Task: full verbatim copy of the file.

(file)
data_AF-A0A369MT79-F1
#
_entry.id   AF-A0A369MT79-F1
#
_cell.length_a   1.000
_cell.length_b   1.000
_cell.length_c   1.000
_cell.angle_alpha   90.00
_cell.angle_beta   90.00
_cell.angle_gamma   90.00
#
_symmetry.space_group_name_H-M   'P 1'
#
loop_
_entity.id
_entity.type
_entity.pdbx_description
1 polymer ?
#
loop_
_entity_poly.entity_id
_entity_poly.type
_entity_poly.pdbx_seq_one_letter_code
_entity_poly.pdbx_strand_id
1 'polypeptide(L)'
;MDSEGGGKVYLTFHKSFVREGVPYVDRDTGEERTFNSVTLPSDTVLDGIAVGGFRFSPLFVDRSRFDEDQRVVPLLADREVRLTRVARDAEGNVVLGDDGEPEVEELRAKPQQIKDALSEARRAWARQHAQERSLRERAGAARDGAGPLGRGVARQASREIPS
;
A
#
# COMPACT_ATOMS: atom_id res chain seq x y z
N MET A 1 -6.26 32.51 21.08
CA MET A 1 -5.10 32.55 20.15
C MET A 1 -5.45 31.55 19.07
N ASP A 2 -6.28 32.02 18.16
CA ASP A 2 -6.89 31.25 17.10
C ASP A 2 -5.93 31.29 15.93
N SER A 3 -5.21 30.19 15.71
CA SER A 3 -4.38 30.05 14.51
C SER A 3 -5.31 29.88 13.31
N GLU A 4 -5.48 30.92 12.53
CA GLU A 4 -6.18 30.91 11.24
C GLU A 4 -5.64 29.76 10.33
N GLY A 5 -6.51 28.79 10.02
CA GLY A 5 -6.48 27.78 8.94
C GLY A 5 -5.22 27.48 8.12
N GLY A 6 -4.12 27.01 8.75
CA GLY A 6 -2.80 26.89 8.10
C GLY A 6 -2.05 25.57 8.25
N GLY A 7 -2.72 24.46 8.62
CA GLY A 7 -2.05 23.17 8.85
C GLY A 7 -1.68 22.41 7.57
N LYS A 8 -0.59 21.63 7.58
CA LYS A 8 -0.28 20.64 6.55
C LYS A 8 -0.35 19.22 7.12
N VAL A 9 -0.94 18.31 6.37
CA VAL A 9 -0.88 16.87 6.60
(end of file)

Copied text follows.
data_AF-A0A369MT79-F1
#
_entry.id   AF-A0A369MT79-F1
#
_cell.length_a   1.000
_cell.length_b   1.000
_cell.length_c   1.000
_cell.angle_alpha   90.00
_cell.angle_beta   90.00
_cell.angle_gamma   90.00
#
_symmetry.space_group_name_H-M   'P 1'
#
loop_
_entity.id
_entity.type
_entity.pdbx_description
1 polymer ?
#
loop_
_entity_poly.entity_id
_entity_poly.type
_entity_poly.pdbx_seq_one_letter_code
_entity_poly.pdbx_strand_id
1 'polypeptide(L)'
;MDSEGGGKVYLTFHKSFVREGVPYVDRDTGEERTFNSVTLPSDTVLDGIAVGGFRFSPLFVDRSRFDEDQRVVPLLADREVRLTRVARDAEGNVVLGDDGEPEVEELRAKPQQIKDALSEARRAWARQHAQERSLRERAGAARDGAGPLGRGVARQASREIPS
;
A
#
# COMPACT_ATOMS: atom_id res chain seq x y z
N MET A 1 -6.26 32.51 21.08
CA MET A 1 -5.10 32.55 20.15
C MET A 1 -5.45 31.55 19.07
N ASP A 2 -6.28 32.02 18.16
CA ASP A 2 -6.89 31.25 17.10
C ASP A 2 -5.93 31.29 15.93
N SER A 3 -5.21 30.19 15.71
CA SER A 3 -4.38 30.05 14.51
C SER A 3 -5.31 29.88 13.31
N GLU A 4 -5.48 30.92 12.53
CA GLU A 4 -6.18 30.91 11.24
C GLU A 4 -5.64 29.76 10.33
N GLY A 5 -6.51 28.79 10.02
CA GLY A 5 -6.48 27.78 8.94
C GLY A 5 -5.22 27.48 8.12
N GLY A 6 -4.12 27.01 8.75
CA GLY A 6 -2.80 26.89 8.10
C GLY A 6 -2.05 25.57 8.25
N GLY A 7 -2.72 24.46 8.62
CA GLY A 7 -2.05 23.17 8.85
C GLY A 7 -1.68 22.41 7.57
N LYS A 8 -0.59 21.63 7.58
CA LYS A 8 -0.28 20.64 6.55
C LYS A 8 -0.35 19.22 7.12
N VAL A 9 -0.94 18.31 6.37
CA VAL A 9 -0.88 16.87 6.60